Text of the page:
Do You Need Anything to Help Your Body Absorb Zinc? - An Expert's Guide

When it comes to zinc absorption, it's not just about getting enough of it in your diet. Its intestinal availability through the diet is also a major factor. During digestion, zinc ions in food are released and then absorbed in the small intestine. About 70% of the zinc in circulation binds to the blood albumin protein.

So, any condition that affects the concentration of albumin can have an effect on your body's zinc levels. Low levels of albumin can occur when the body doesn't absorb and digest proteins properly, such as with Crohn's disease or celiac disease, or when large amounts of protein are lost due to diarrhea. The liver produces albumin, so any form of inflammation or liver disease can also reduce zinc levels.

Where Can You Find Zinc?

Zinc is found in a variety of foods, such as lean red meat, seafood (especially herring and oysters), peas, and beans. It's also present in whole grains; however, large amounts of whole grains have been found to decrease the amount of zinc that is absorbed. You can also get additional zinc from treated (galvanized) kitchen utensils. Food stored in uncoated cans can make less zinc available for absorption. If you're looking for ways to increase your body's absorption of zinc, there are a few things you can do.

First, make sure you're getting enough zinc in your diet. Eating foods that are high in zinc is a great way to ensure that your body is getting enough of this essential mineral. Additionally, you may want to consider taking a supplement if you're not getting enough from your diet alone. You should also be aware of any conditions that may be affecting your body's ability to absorb zinc. If you have Crohn's disease or celiac disease, for example, you may need to take extra steps to ensure that your body is able to absorb the zinc from your diet.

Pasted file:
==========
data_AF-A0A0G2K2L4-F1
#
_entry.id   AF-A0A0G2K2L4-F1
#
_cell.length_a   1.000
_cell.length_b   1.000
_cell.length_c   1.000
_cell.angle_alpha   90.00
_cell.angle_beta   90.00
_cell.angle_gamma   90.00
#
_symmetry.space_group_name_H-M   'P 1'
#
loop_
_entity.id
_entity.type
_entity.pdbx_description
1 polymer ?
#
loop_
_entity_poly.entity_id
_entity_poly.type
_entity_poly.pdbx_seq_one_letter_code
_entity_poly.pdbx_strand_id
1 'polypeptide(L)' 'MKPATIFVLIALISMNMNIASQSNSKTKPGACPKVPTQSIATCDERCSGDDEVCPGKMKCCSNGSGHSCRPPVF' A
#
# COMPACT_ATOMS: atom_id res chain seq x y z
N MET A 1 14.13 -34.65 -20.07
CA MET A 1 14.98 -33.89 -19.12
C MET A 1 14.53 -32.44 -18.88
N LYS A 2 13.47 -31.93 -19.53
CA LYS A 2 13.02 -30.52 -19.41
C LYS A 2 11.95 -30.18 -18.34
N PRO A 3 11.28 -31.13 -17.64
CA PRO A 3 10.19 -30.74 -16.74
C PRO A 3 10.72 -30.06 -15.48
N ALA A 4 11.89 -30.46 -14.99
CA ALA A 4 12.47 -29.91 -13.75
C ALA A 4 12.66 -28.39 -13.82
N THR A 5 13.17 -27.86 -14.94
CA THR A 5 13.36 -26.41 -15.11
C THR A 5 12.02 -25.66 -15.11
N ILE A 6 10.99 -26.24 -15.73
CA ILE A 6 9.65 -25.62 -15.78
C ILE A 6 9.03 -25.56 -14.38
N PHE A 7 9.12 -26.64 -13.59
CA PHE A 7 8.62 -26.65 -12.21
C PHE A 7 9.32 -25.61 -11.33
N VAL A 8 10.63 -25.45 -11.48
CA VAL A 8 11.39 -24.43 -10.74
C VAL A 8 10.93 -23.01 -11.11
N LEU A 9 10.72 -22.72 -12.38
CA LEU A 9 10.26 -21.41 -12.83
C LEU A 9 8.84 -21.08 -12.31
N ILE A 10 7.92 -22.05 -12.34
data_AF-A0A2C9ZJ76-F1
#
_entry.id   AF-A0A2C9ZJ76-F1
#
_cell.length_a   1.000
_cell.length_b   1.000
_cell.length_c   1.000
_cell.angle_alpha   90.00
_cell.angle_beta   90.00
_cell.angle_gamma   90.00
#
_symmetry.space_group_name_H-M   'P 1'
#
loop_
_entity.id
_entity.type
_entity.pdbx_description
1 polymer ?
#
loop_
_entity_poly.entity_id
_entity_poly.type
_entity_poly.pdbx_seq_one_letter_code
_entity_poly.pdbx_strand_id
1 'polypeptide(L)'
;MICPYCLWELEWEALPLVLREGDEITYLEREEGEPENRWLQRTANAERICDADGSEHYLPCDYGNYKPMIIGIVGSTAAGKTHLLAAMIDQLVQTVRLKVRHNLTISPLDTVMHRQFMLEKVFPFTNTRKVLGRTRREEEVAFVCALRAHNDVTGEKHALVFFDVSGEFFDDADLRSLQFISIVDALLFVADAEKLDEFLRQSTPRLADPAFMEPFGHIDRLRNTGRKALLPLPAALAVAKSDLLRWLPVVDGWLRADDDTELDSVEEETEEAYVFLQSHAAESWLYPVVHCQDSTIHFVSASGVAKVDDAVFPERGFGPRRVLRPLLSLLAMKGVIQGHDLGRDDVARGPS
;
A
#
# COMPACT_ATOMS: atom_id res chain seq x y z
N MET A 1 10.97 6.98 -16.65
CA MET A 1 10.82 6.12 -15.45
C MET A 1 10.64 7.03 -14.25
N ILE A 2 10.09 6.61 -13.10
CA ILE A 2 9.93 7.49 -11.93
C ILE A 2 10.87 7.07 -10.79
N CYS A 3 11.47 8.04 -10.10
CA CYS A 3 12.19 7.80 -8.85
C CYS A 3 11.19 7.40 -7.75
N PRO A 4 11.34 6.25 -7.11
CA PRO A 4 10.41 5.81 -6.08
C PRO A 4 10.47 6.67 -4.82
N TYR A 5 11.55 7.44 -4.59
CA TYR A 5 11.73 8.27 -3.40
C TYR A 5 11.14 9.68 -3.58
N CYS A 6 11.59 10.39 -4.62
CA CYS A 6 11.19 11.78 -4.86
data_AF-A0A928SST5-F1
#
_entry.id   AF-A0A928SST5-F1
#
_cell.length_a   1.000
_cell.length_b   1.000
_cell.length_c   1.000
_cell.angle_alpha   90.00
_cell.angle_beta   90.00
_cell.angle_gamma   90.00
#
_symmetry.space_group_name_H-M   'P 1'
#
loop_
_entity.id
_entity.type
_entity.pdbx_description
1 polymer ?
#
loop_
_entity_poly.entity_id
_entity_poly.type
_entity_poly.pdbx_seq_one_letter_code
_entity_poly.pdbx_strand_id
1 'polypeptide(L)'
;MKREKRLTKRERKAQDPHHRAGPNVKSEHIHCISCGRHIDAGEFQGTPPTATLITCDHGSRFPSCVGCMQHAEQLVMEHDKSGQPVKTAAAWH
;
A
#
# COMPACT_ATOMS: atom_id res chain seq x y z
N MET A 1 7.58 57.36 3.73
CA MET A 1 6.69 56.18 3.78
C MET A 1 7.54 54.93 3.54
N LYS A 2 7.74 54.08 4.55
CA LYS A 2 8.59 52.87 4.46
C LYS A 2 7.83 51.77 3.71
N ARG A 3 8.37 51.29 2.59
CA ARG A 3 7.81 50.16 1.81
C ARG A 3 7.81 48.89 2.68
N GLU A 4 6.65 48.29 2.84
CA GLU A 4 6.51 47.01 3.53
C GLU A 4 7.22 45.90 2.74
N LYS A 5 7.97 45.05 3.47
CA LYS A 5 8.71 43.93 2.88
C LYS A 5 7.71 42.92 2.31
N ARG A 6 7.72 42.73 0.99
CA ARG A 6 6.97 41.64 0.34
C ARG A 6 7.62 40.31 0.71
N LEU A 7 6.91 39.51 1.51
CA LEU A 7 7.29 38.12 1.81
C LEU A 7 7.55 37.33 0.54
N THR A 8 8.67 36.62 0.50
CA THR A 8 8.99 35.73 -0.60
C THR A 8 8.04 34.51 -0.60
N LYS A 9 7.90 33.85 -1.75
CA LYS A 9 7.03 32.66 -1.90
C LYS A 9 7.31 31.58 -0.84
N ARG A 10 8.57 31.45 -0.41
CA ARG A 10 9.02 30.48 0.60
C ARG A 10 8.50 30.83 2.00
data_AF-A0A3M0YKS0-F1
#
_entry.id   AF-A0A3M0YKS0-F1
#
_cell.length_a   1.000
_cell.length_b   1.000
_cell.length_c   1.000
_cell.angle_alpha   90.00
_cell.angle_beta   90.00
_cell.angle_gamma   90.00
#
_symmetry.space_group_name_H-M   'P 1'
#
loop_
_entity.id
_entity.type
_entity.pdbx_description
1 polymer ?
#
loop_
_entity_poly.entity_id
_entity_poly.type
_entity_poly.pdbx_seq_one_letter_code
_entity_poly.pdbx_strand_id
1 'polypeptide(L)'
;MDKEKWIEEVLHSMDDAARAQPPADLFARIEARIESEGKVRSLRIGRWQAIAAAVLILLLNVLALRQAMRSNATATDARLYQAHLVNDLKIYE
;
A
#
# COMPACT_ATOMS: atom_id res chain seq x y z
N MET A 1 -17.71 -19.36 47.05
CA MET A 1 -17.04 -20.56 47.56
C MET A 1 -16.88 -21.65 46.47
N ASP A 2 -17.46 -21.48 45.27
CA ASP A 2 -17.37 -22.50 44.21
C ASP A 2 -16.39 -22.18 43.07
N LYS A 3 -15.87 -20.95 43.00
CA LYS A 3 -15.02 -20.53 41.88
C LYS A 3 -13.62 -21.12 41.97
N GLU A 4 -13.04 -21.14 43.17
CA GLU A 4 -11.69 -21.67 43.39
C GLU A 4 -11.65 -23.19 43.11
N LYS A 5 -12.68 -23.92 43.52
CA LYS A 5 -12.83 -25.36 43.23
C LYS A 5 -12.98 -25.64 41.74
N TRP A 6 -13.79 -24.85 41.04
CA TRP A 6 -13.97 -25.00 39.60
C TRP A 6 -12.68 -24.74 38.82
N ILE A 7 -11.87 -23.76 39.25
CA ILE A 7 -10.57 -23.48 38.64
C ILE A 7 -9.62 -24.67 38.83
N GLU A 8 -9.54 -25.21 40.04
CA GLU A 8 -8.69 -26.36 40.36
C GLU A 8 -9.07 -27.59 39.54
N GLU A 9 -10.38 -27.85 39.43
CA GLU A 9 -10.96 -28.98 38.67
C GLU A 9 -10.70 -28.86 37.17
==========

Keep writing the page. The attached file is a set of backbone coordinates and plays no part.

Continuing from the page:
Additionally, if you have any form of liver disease or inflammation, you may need to take extra steps to ensure that your body is able to absorb the zinc from your diet. Finally, if you're storing food in uncoated cans, you may want to consider switching to coated cans or other storage methods that will help preserve the zinc content of the food.

Bob Enderlin
Bob Enderlin

Certified social media aficionado. Freelance web junkie. Hardcore pop culture maven. Hipster-friendly food specialist. Total analyst.

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